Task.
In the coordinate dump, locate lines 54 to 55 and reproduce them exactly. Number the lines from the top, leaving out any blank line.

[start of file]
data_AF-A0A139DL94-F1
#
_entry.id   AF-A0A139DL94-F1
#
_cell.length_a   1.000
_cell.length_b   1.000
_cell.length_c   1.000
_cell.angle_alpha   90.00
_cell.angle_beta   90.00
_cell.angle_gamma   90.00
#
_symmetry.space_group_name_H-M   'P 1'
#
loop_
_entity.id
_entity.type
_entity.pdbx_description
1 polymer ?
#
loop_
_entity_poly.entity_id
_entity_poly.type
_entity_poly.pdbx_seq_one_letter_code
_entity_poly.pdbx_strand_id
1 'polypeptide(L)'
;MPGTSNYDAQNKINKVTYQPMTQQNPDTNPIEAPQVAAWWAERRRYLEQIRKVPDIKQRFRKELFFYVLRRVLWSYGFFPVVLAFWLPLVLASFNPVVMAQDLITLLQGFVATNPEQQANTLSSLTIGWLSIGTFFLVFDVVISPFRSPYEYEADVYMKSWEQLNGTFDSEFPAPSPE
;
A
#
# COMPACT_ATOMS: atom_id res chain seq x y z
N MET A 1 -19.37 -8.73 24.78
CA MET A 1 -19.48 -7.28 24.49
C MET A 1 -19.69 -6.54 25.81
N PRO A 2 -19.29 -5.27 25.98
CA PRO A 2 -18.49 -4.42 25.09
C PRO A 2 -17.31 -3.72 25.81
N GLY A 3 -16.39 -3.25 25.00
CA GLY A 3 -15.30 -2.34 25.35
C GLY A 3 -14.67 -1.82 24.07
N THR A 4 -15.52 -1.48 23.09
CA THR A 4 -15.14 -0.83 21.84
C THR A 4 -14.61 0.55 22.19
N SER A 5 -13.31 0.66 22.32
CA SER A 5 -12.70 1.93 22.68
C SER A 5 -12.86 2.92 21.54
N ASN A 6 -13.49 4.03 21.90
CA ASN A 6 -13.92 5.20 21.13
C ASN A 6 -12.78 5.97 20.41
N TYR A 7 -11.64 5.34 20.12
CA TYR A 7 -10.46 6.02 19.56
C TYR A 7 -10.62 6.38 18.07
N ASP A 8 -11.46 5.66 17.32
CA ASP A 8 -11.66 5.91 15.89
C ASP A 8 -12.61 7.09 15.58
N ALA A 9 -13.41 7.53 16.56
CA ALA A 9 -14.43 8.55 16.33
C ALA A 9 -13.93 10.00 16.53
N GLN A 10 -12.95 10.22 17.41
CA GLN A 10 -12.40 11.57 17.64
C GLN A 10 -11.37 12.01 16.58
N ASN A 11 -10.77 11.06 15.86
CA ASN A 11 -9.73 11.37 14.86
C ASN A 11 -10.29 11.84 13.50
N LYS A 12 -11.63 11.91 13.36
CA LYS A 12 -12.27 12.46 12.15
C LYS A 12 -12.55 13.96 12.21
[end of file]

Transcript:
C ASP A 8 -12.61 7.09 15.58
N ALA A 9 -13.41 7.53 16.56